The strong data prompted a number of economists to predict that the central bank would take further tightening steps soon.
The People's Bank of China, in an effort to rein in an investment boom, has already raised interest rates once and increased banks' required reserves three times this year.
"This is very strong. It means more tightening. I think there will be at least two more rate hikes and the reserve ratio will have to go up to 12% from 10.5%," said Chris Leung, China economist at DBS Bank in Hong Kong.
The National Bureau of Statistics said that annual consumer price inflation reached 3.3% in March, the first time it has gone above 3% -- the central bank's comfort level -- in more than two years.
China's stock markets rebounded Friday after tumbling more than 4.5% Thursday, as confidence returned after a brief panic triggered by rising inflation.
The figures prompted some analysts to raise their forecasts for full-year growth. Standard Chartered increased its 2007 GDP growth forecast to 10.6% from 9.6%. JPMorgan upped its forecast to 10.8% from 10.0%.
"Another big number proves that China's supertanker economy is still nowhere near slowing," Stephen Green, an economist with Standard Chartered in Shanghai, said in a note to clients.
Statistics agency spokesman Li Xiaochao told reporters that the economy might be on its way towards overheating, potentially heralding further tightening. "Whether we need to raise interest rates depends on whether our economy will turn to overheating from fairly fast. If this happens, interest rates need to be raised. If this does not happen, then there is no need to raise them," Li said.
He also said that China faced more inflationary pressures due to uncertainties over food prices and likely moves by Beijing to further deregulate controls over utility prices, driving up the prices of water and electricity.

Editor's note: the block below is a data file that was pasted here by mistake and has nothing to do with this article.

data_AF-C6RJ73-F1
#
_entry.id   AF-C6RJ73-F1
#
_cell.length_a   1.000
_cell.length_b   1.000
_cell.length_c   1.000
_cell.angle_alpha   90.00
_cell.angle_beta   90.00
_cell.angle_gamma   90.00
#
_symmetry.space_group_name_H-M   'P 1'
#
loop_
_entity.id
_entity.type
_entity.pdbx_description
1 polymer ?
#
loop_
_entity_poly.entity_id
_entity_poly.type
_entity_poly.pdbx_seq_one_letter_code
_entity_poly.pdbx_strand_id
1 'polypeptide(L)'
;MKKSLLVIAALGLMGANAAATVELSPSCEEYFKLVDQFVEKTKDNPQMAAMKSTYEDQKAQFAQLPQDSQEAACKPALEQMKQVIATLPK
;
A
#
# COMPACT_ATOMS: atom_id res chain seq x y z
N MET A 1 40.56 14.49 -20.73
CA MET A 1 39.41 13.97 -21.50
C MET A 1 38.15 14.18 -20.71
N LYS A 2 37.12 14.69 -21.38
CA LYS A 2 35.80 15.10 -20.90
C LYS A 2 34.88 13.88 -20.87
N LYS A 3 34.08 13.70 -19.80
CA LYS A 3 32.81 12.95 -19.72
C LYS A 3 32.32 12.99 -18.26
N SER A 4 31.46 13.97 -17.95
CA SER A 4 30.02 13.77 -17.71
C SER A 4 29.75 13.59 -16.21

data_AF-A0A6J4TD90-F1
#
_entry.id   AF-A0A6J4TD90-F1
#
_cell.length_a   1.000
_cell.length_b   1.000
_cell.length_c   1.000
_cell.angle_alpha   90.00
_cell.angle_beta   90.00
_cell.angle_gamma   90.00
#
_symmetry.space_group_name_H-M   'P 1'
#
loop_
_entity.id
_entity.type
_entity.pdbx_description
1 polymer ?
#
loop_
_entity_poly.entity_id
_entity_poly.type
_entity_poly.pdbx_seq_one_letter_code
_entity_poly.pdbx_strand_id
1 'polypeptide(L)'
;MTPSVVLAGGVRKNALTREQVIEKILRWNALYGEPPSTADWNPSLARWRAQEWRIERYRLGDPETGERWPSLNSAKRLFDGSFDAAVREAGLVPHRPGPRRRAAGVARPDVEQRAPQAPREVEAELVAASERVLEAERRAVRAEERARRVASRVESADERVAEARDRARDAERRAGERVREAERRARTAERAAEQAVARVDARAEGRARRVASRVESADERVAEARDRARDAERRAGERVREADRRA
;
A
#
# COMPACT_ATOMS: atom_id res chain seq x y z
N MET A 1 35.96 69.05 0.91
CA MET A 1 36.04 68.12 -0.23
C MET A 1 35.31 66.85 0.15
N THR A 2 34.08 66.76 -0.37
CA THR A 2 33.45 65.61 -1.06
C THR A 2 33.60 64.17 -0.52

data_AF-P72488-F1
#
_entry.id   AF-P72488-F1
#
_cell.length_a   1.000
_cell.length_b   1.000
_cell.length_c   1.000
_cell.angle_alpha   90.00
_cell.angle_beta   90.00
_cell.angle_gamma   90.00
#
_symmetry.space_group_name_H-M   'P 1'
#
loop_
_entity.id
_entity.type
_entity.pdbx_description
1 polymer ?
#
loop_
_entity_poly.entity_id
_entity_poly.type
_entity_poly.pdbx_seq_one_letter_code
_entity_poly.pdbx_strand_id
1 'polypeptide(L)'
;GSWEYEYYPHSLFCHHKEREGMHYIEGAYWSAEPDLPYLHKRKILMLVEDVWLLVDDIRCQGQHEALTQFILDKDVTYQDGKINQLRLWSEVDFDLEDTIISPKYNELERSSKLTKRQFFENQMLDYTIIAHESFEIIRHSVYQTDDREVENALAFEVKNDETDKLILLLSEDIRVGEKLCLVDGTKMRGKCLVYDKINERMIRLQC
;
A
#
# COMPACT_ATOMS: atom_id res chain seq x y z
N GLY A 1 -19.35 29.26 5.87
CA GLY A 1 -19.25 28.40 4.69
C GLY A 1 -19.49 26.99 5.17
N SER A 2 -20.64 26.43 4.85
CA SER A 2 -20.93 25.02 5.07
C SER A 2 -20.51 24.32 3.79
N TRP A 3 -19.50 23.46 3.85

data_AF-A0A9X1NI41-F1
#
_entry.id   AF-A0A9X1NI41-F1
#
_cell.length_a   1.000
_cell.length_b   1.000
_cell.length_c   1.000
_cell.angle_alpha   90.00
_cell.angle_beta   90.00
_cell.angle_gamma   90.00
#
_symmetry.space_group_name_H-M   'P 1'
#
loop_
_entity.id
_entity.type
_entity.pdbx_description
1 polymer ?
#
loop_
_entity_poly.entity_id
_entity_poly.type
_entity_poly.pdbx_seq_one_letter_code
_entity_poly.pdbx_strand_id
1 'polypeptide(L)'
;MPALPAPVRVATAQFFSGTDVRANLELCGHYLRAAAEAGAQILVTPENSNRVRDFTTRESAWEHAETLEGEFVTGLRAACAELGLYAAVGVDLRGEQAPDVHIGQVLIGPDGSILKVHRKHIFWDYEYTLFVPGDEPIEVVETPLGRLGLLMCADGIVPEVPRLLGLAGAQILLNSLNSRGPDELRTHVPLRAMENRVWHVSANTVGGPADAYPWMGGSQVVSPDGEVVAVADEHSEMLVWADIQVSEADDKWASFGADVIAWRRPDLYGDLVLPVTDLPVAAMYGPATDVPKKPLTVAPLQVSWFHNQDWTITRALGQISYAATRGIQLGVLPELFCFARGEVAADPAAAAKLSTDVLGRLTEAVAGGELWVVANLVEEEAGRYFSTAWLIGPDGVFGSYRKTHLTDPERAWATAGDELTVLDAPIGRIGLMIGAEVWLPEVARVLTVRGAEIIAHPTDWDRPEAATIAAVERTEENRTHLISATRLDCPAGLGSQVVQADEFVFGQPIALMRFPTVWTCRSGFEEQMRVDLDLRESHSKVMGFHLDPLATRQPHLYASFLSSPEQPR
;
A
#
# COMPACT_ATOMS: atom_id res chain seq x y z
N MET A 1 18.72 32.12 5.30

But to some the figures, which included a pick-up in annual growth in urban fixed-asset investment to 26.8% in March from 23.4% in the first two months, already clearly signaled that growth was running too fast.
"I think it is overheating. Today they announced 11.1 percent first quarter growth. This is a sign of not controlling the economy well," Hiroshi Watanabe, Japan's vice finance minister for international affairs, said in Abu Dhabi.
Yuan In Focus
European Commission spokeswoman Amelia Torres, on the other hand, told reporters in Brussels that the accelerating growth was positive news for European exporters, adding that the EU hoped China's domestic demand would grow progressively.
Detailed figures suggested that was happening. Retail sales were up an annual 15.3% in March, accelerating from 14.7% in January-February and 13.7% in all of 2006.
Beijing has repeatedly said it hopes to boost domestic consumption to help rebalance its economy away from its current over-reliance on investment and exports. Those imbalances remained one of the most serious challenges facing policy makers, the statistics agency stressed on Thursday.
However, many economists say that to really trim the massive trade surplus, which doubled from a year earlier in the first three months to $46.4 billion, it needs to let the yuan appreciate more quickly.
The yuan on Thursday breached the psychologically important 7.7200 mark against the dollar for the first time since the central bank revalued it by 2.1% and decoupled it from a dollar peg in July 2005. It has now appreciated nearly 5.1% since then.
He Sheng, an analyst with Changjiang Securities in Shanghai, said the central bank could let the yuan strengthen more quickly because the trade surplus was probably an important reason for the sizzling growth in the first quarter.
"Yuan appreciation will pace up to show the government's determination in addressing the trade surplus, even though the exchange rate movement may have no immediate effect on trade," He said.